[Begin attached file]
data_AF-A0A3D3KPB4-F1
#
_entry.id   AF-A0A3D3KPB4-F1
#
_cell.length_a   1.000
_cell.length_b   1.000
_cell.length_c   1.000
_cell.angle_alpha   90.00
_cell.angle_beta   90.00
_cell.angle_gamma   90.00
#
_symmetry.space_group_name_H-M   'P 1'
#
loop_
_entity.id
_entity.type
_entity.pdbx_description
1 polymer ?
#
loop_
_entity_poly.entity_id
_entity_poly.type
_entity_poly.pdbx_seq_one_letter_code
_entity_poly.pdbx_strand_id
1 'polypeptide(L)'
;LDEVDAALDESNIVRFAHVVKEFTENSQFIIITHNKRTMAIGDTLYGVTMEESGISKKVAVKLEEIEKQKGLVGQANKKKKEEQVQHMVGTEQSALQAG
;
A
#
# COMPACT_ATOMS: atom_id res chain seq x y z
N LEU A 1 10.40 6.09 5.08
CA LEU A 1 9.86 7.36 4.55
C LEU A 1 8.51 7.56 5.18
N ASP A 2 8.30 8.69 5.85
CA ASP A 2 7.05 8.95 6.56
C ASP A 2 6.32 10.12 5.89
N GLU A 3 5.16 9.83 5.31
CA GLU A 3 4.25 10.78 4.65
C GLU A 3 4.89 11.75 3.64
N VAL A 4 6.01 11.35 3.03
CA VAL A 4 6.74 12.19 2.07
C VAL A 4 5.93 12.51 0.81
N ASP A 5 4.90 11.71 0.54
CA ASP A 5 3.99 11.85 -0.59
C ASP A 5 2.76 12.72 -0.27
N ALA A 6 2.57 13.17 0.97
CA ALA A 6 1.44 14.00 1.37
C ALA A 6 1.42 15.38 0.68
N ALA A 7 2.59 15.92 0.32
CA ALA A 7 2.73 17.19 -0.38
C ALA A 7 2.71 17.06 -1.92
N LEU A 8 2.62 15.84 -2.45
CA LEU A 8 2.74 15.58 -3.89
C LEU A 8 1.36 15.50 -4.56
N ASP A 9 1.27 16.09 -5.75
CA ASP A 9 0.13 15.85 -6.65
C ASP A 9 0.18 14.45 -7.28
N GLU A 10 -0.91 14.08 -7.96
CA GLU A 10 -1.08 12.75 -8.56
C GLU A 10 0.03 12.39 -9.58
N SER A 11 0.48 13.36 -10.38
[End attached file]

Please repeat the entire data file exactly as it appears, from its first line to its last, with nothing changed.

data_AF-A0A3D3KPB4-F1
#
_entry.id   AF-A0A3D3KPB4-F1
#
_cell.length_a   1.000
_cell.length_b   1.000
_cell.length_c   1.000
_cell.angle_alpha   90.00
_cell.angle_beta   90.00
_cell.angle_gamma   90.00
#
_symmetry.space_group_name_H-M   'P 1'
#
loop_
_entity.id
_entity.type
_entity.pdbx_description
1 polymer ?
#
loop_
_entity_poly.entity_id
_entity_poly.type
_entity_poly.pdbx_seq_one_letter_code
_entity_poly.pdbx_strand_id
1 'polypeptide(L)'
;LDEVDAALDESNIVRFAHVVKEFTENSQFIIITHNKRTMAIGDTLYGVTMEESGISKKVAVKLEEIEKQKGLVGQANKKKKEEQVQHMVGTEQSALQAG
;
A
#
# COMPACT_ATOMS: atom_id res chain seq x y z
N LEU A 1 10.40 6.09 5.08
CA LEU A 1 9.86 7.36 4.55
C LEU A 1 8.51 7.56 5.18
N ASP A 2 8.30 8.69 5.85
CA ASP A 2 7.05 8.95 6.56
C ASP A 2 6.32 10.12 5.89
N GLU A 3 5.16 9.83 5.31
CA GLU A 3 4.25 10.78 4.65
C GLU A 3 4.89 11.75 3.64
N VAL A 4 6.01 11.35 3.03
CA VAL A 4 6.74 12.19 2.07
C VAL A 4 5.93 12.51 0.81
N ASP A 5 4.90 11.71 0.54
CA ASP A 5 3.99 11.85 -0.59
C ASP A 5 2.76 12.72 -0.27
N ALA A 6 2.57 13.17 0.97
CA ALA A 6 1.44 14.00 1.37
C ALA A 6 1.42 15.38 0.68
N ALA A 7 2.59 15.92 0.32
CA ALA A 7 2.73 17.19 -0.38
C ALA A 7 2.71 17.06 -1.92
N LEU A 8 2.62 15.84 -2.45
CA LEU A 8 2.74 15.58 -3.89
C LEU A 8 1.36 15.50 -4.56
N ASP A 9 1.27 16.09 -5.75
CA ASP A 9 0.13 15.85 -6.65
C ASP A 9 0.18 14.45 -7.28
N GLU A 10 -0.91 14.08 -7.96
CA GLU A 10 -1.08 12.75 -8.56
C GLU A 10 0.03 12.39 -9.58
N SER A 11 0.48 13.36 -10.38